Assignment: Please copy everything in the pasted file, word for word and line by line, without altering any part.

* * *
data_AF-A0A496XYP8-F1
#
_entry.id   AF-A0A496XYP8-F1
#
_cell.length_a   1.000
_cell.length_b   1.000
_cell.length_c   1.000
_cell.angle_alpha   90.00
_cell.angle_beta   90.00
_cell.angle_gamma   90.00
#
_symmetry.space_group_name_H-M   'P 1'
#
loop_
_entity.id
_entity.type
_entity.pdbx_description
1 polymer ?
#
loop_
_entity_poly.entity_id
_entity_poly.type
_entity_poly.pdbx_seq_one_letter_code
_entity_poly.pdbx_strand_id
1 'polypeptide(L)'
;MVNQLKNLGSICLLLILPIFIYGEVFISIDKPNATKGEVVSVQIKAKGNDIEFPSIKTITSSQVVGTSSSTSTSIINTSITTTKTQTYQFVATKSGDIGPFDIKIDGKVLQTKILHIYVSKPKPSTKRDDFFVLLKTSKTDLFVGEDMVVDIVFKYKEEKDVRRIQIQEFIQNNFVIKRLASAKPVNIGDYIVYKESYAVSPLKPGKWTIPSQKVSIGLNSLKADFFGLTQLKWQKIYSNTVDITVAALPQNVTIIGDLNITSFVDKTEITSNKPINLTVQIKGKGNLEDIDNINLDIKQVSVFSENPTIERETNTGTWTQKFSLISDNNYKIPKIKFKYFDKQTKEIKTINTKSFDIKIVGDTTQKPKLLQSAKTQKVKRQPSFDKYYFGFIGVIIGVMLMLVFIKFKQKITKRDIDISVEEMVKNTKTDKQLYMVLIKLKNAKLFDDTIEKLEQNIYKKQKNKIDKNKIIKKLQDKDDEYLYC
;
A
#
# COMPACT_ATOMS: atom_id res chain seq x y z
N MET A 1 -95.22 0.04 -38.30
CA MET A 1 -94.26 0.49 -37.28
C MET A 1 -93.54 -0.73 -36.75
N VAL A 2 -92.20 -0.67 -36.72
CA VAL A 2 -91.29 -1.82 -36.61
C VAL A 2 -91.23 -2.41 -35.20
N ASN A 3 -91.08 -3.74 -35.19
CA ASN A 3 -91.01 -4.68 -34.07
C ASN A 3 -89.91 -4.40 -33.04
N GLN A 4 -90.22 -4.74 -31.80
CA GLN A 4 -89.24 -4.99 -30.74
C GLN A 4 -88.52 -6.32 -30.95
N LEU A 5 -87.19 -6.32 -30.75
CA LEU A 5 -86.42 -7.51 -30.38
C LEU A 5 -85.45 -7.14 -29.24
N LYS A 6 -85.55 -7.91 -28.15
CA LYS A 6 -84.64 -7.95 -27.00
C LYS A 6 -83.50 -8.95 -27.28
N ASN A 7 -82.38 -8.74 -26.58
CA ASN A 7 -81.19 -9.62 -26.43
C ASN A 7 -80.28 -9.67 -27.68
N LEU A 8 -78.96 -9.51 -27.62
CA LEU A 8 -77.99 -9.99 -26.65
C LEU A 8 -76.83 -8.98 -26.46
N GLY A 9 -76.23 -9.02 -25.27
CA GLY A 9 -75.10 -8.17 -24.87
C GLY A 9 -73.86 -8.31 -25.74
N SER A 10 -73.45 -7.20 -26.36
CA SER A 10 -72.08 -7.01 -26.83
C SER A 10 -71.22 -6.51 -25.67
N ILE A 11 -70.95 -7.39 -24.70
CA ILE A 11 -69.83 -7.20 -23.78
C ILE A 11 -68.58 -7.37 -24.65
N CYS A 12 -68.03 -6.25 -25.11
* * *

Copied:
data_AF-A0A496XYP8-F1
#
_entry.id   AF-A0A496XYP8-F1
#
_cell.length_a   1.000
_cell.length_b   1.000
_cell.length_c   1.000
_cell.angle_alpha   90.00
_cell.angle_beta   90.00
_cell.angle_gamma   90.00
#
_symmetry.space_group_name_H-M   'P 1'
#
loop_
_entity.id
_entity.type
_entity.pdbx_description
1 polymer ?
#
loop_
_entity_poly.entity_id
_entity_poly.type
_entity_poly.pdbx_seq_one_letter_code
_entity_poly.pdbx_strand_id
1 'polypeptide(L)'
;MVNQLKNLGSICLLLILPIFIYGEVFISIDKPNATKGEVVSVQIKAKGNDIEFPSIKTITSSQVVGTSSSTSTSIINTSITTTKTQTYQFVATKSGDIGPFDIKIDGKVLQTKILHIYVSKPKPSTKRDDFFVLLKTSKTDLFVGEDMVVDIVFKYKEEKDVRRIQIQEFIQNNFVIKRLASAKPVNIGDYIVYKESYAVSPLKPGKWTIPSQKVSIGLNSLKADFFGLTQLKWQKIYSNTVDITVAALPQNVTIIGDLNITSFVDKTEITSNKPINLTVQIKGKGNLEDIDNINLDIKQVSVFSENPTIERETNTGTWTQKFSLISDNNYKIPKIKFKYFDKQTKEIKTINTKSFDIKIVGDTTQKPKLLQSAKTQKVKRQPSFDKYYFGFIGVIIGVMLMLVFIKFKQKITKRDIDISVEEMVKNTKTDKQLYMVLIKLKNAKLFDDTIEKLEQNIYKKQKNKIDKNKIIKKLQDKDDEYLYC
;
A
#
# COMPACT_ATOMS: atom_id res chain seq x y z
N MET A 1 -95.22 0.04 -38.30
CA MET A 1 -94.26 0.49 -37.28
C MET A 1 -93.54 -0.73 -36.75
N VAL A 2 -92.20 -0.67 -36.72
CA VAL A 2 -91.29 -1.82 -36.61
C VAL A 2 -91.23 -2.41 -35.20
N ASN A 3 -91.08 -3.74 -35.19
CA ASN A 3 -91.01 -4.68 -34.07
C ASN A 3 -89.91 -4.40 -33.04
N GLN A 4 -90.22 -4.74 -31.80
CA GLN A 4 -89.24 -4.99 -30.74
C GLN A 4 -88.52 -6.32 -30.95
N LEU A 5 -87.19 -6.32 -30.75
CA LEU A 5 -86.42 -7.51 -30.38
C LEU A 5 -85.45 -7.14 -29.24
N LYS A 6 -85.55 -7.91 -28.15
CA LYS A 6 -84.64 -7.95 -27.00
C LYS A 6 -83.50 -8.95 -27.28
N ASN A 7 -82.38 -8.74 -26.58
CA ASN A 7 -81.19 -9.62 -26.43
C ASN A 7 -80.28 -9.67 -27.68
N LEU A 8 -78.96 -9.51 -27.62
CA LEU A 8 -77.99 -9.99 -26.65
C LEU A 8 -76.83 -8.98 -26.46
N GLY A 9 -76.23 -9.02 -25.27
CA GLY A 9 -75.10 -8.17 -24.87
C GLY A 9 -73.86 -8.31 -25.74
N SER A 10 -73.45 -7.20 -26.36
CA SER A 10 -72.08 -7.01 -26.83
C SER A 10 -71.22 -6.51 -25.67
N ILE A 11 -70.95 -7.39 -24.70
CA ILE A 11 -69.83 -7.20 -23.78
C ILE A 11 -68.58 -7.37 -24.65
N CYS A 12 -68.03 -6.25 -25.11